Kilpatrick: I’m A Much Better Person After All That Has Happened
DETROIT (WWJ) - Kwame Kilpatrick says he does not believe he’s broken any rules and has followed the conditions of his parole to a T. In an exclusive interview this week with WWJ Newsradio 950’s Vickie Thomas, the embattled former Detroit mayor said he’s become “a much better person after all this has happened than before.”
Kilpatrick is currently on a GPS tether, confined to his mother’s Detroit home as the Michigan Department of Corrections investigates what a spokesman said could be a possible parole violation. Kilpatrick, in December, was caught on camera at a Macomb County Walmart store counting out $2,000 in cash, which officials say he failed to report.
Kilpatrick said he doesn’t regret the failure to report it.
“No,” he responded when Thomas asked if he regretted it, adding, “All of that is left to investigation, I don’t believe that I broke any rules … Right clear through to that moment, I didn’t have any problems.”
Kilpatrick has been in hot water several times for failing to pay his court-ordered restitution on time, but he contends that, other than once making his restitution payment a couple of days late, he’s been an exemplary parolee.
“I’m hopeful that my parole officer will see that. I’m hopeful that it’s a fair and just investigation. I’m cooperating however I can, and I’m hopeful and prayerful that I can get back to my sons and my wife as soon as possible,” he said.
Listen to the full interview:
Kilpatrick told Thomas it’s been tough being away from his wife and three sons, who now live in Texas, but he’s been candid with his family about what’s been going on.
“I told them that I was under some form of house arrest in the city and I can’t leave,” Kilpatrick said. “I’m very up front with my sons. After you’ve gone though what they’ve gone through over the past five years, one thing that this situation has helped is the honesty in our family.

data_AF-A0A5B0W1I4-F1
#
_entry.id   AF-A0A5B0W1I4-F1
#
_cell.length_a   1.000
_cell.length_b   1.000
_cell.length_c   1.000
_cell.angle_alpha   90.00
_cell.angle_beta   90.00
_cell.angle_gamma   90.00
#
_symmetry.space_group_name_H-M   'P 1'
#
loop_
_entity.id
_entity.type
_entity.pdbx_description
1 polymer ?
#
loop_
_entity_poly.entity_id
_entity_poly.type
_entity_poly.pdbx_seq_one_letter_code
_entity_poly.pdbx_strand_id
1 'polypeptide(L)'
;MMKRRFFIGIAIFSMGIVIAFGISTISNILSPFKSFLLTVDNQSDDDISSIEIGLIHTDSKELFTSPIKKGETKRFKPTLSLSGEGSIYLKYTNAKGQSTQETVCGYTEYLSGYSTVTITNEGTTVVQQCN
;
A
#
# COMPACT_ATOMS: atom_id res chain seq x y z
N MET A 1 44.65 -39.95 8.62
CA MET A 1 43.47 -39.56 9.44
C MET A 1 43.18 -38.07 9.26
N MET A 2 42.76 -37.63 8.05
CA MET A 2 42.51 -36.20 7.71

“That’s one of the thing’s that’s happened through this process that has been good — my sons have really matured through it and we’ve gotten a lot closer, you know, as they become young men. I just hate not being there,” he said.
Kilpatrick still owes Detroit more than $800,000 in restitution from a 2008 plea in a criminal case. He lost his job and served state prison time for lying on the state about his affair with an aide.
Kilpatrick initially called the money gram issue a “trivial” matter, but later changed his tune, telling Thomas he realized that it’s “a huge deal.”
“This is big, you know, and I had no idea that I would be facing … even the chance of losing my freedom over this incident,” Kilpatrick said.
Meantime, the ex-mayor remains on trial in Detroit federal court in a separate case, charged with fraud, bribery, tax crimes and a racketeering conspiracy.
“I don’t want this to affect my federal trial. You know, I’m facing spending the rest of my life in prison. There’s so much media and so much hype around Kwame Kilpatrick, and all I’m trying to do is go home,” Kilpatrick said.
He added: “People often have a misguided view of Kwame Kilpatrick, but that’s neither here nor there, I would simply say whatever. I don’t know of another parolee that’s as much in the spotlight as me,” he said, adding, “I’m hopeful and prayerful that in the end the truth will make me free.”
He refused to answer Thomas’ question about why he would go to suburban Chesterfield Township, a rural area in Macomb County about an hour away from Detroit, to accept the $2,000 money order, saying it was part of the investigation.
“That kind of negative attitude in the midst of people talking about future Detroit and vibrancy and diversity and gender diversity and age diversity and cultural diversity and ethnic diversity, it just continues to drive this negative wedge in this community and that’s unfortunate,” Kilpatrick said.
He added that he tells his sons that “this is what happens” when you become part of the criminal justice system, saying, “When you’re on parole, you’re in a really big prison called planet Earth.”
On former best friend Derrick Miller, who testified against Kilpatrick in exchange for a lower sentence and said he once saw the mayor accept a $10,000 bribe in a restaurant bathroom, Kilpatrick said this: “We’ve been distant for a long time.”
Miller was an easier witness to watch than he expected, Kilpatrick said, adding “It was less hard than some other witnesses who were up there.”